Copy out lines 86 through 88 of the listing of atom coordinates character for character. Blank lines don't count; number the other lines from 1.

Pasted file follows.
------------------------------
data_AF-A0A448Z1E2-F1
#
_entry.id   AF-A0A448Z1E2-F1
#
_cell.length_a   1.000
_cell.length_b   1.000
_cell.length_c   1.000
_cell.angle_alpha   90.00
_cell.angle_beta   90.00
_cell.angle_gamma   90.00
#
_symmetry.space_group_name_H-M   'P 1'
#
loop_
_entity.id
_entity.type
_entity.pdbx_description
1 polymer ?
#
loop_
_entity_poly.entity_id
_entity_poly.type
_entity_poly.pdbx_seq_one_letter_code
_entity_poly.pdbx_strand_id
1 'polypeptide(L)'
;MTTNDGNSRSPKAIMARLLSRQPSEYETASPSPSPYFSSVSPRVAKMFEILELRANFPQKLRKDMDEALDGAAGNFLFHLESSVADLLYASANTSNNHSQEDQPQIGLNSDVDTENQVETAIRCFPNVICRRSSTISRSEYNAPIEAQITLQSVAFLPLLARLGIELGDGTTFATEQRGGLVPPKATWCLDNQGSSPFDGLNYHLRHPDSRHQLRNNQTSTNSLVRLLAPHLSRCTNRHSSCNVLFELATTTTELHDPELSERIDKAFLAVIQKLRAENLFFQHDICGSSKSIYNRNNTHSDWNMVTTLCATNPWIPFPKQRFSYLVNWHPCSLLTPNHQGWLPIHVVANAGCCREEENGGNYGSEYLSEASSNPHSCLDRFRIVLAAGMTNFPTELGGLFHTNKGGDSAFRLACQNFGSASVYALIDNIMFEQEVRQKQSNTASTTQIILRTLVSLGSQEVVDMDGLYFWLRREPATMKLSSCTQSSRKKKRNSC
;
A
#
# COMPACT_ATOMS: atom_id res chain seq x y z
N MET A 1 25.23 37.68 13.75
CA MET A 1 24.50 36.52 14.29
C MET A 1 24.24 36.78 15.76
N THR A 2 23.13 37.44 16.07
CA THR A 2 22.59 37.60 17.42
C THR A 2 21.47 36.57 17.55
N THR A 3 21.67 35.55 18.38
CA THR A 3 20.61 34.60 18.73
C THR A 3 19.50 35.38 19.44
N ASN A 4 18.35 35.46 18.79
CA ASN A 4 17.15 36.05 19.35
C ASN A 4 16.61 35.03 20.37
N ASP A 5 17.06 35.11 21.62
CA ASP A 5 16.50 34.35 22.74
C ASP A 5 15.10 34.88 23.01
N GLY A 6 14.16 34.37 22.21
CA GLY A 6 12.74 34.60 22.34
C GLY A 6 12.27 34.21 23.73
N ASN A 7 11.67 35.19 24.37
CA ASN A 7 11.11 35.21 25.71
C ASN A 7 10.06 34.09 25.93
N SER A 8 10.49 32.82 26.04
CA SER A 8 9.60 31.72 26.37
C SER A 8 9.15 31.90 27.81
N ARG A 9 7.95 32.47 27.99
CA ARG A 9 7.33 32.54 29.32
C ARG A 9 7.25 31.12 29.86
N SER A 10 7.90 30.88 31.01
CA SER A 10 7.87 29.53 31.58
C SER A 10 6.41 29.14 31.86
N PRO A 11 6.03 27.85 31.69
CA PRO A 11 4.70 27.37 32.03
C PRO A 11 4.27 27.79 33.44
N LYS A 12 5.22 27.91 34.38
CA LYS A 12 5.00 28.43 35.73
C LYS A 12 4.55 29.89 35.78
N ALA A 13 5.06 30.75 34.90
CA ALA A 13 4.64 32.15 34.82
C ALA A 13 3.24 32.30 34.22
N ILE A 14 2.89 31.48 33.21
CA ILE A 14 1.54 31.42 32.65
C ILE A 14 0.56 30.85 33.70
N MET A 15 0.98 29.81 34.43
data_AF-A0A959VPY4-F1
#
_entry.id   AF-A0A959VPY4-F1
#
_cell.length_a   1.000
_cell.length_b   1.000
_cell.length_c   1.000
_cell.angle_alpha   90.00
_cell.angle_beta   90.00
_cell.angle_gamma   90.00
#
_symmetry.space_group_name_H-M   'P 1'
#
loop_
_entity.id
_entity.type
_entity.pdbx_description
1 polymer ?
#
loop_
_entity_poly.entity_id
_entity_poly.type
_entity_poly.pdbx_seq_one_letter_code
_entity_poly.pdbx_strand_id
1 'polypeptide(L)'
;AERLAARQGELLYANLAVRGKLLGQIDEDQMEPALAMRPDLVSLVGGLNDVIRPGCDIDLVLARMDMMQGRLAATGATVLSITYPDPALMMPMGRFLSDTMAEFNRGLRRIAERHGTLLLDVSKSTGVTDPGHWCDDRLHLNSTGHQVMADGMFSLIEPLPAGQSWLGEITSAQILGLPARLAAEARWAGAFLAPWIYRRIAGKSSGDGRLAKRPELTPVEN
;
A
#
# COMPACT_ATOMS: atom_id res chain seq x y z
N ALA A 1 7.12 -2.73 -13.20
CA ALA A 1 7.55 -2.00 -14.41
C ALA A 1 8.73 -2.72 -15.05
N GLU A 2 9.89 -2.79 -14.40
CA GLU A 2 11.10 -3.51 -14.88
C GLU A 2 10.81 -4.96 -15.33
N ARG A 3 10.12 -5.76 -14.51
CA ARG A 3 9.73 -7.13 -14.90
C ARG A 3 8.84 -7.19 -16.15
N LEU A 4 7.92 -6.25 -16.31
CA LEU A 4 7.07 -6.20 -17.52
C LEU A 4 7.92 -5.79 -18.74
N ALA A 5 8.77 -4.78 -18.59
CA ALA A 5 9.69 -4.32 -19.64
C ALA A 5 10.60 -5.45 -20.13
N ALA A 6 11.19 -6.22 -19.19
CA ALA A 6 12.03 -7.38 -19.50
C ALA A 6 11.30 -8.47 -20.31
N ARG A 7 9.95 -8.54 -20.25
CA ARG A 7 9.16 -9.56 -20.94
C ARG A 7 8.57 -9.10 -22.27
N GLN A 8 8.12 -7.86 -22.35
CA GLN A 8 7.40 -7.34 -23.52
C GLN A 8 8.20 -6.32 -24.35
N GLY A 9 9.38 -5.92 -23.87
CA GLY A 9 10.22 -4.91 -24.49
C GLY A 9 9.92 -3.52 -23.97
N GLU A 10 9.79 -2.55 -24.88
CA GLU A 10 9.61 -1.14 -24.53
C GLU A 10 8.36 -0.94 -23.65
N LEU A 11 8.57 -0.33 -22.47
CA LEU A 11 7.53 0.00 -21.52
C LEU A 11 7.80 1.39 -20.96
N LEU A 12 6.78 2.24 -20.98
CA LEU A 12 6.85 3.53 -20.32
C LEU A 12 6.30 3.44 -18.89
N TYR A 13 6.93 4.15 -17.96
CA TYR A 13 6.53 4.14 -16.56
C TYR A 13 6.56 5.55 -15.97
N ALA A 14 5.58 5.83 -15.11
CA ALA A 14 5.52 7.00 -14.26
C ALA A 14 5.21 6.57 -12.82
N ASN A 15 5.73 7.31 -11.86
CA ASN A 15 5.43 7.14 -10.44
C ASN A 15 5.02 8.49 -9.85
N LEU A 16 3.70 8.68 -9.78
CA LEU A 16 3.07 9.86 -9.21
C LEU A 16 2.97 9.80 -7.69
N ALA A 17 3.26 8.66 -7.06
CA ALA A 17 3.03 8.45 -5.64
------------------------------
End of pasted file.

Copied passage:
#
loop_
_entity.id